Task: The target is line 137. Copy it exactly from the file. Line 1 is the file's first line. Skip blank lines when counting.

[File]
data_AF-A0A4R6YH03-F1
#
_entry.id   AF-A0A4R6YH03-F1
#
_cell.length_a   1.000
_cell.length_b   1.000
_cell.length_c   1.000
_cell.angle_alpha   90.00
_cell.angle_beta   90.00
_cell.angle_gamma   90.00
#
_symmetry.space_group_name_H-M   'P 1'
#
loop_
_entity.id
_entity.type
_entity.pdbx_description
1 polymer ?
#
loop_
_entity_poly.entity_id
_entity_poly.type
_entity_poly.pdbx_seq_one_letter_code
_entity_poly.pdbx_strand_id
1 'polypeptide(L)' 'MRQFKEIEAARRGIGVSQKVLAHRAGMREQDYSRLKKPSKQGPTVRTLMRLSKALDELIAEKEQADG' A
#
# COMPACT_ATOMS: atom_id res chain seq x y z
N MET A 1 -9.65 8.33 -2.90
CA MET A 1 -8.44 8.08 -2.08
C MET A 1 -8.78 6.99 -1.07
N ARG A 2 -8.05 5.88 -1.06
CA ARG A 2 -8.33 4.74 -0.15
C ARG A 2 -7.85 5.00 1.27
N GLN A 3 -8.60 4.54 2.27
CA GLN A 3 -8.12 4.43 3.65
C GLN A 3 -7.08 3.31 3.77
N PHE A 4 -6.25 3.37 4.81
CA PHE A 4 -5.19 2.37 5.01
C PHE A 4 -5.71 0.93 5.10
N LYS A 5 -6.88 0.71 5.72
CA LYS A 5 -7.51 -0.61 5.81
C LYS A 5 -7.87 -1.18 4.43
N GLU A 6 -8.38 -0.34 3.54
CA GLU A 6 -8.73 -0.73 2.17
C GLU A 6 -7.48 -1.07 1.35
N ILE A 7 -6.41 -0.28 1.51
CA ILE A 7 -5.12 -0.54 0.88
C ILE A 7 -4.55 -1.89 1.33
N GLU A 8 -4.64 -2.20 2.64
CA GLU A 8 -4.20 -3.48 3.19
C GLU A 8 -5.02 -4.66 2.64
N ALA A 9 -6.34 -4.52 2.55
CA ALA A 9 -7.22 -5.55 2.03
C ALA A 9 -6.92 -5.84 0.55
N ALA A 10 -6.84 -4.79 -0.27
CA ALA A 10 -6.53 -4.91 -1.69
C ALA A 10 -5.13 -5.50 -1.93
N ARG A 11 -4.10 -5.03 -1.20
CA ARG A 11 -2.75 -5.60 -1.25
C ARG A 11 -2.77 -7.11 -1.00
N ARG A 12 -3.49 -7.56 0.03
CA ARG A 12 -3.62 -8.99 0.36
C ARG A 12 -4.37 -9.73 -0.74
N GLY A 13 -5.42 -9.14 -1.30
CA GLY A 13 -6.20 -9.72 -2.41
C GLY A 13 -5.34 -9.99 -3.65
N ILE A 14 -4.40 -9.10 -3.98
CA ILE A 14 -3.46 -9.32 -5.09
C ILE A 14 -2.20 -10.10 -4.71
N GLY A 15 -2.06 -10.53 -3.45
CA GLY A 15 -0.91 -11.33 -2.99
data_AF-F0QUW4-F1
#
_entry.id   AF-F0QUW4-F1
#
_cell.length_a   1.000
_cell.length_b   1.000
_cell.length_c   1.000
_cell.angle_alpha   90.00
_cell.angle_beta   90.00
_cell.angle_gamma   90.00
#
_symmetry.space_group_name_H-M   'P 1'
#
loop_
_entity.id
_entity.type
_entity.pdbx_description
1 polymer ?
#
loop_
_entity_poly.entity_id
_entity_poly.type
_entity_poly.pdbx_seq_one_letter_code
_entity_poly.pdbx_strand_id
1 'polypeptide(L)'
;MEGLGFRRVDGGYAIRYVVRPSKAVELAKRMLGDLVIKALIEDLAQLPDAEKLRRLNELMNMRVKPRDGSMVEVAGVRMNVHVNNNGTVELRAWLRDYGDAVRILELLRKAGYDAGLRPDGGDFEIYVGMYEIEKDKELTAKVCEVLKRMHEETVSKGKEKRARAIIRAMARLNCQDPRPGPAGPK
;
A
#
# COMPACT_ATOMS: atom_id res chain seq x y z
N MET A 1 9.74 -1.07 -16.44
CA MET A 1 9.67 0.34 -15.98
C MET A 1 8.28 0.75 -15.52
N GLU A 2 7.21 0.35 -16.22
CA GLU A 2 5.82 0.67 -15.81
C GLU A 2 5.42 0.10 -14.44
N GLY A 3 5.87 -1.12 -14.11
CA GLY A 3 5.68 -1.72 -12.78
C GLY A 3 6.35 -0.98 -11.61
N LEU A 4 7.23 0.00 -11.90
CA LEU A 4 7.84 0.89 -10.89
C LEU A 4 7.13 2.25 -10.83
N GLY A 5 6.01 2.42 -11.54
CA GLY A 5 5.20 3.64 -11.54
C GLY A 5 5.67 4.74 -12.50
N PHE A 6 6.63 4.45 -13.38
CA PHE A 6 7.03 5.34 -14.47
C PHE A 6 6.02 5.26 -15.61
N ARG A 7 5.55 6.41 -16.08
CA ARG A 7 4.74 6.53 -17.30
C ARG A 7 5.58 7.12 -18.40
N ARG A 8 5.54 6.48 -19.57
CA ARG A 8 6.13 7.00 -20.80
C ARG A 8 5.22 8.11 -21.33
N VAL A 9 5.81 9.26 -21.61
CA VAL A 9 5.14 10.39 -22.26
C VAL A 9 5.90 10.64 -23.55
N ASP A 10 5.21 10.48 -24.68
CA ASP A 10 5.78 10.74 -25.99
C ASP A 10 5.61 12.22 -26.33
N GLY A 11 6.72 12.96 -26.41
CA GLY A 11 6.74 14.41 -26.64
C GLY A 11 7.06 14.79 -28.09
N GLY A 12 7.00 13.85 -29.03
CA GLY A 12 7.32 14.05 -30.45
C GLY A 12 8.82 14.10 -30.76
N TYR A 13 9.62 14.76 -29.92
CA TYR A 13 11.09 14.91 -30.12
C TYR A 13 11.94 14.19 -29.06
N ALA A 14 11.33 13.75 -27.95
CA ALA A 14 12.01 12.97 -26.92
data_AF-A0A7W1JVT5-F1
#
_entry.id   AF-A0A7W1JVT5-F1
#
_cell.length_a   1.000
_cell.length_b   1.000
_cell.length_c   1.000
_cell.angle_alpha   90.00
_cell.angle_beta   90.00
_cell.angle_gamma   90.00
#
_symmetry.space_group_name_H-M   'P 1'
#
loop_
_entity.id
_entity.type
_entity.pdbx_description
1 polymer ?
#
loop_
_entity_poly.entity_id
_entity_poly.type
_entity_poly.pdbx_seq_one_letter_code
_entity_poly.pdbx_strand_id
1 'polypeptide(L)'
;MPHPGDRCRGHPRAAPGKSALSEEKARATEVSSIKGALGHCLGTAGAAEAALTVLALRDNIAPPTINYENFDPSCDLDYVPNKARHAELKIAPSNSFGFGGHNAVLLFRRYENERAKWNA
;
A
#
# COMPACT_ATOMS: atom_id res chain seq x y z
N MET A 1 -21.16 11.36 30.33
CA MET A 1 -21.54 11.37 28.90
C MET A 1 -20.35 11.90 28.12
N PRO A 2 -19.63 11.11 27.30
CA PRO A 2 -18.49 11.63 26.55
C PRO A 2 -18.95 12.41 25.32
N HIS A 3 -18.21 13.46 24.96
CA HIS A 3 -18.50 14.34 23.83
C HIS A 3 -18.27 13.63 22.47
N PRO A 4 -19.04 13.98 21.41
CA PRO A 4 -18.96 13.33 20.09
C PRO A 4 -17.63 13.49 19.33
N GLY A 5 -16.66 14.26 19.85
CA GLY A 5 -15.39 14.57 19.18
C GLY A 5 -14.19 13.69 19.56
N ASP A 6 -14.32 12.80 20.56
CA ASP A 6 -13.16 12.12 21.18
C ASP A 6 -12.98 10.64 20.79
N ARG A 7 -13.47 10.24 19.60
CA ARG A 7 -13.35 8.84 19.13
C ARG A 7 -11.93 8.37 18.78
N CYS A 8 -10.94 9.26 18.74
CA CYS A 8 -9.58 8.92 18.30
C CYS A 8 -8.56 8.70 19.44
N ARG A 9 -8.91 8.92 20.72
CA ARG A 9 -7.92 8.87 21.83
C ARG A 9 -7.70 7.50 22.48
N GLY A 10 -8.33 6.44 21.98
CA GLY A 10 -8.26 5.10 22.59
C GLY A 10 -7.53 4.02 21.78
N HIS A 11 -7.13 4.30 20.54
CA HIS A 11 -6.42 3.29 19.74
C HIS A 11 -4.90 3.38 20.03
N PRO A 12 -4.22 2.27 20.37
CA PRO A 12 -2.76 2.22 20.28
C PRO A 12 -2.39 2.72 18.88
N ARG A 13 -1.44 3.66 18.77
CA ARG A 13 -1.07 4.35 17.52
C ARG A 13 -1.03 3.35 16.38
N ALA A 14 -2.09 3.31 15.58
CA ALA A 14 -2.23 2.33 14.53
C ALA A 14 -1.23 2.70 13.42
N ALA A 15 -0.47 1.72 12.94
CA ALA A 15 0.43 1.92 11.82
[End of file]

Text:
C GLY A 12 8.82 14.10 -30.76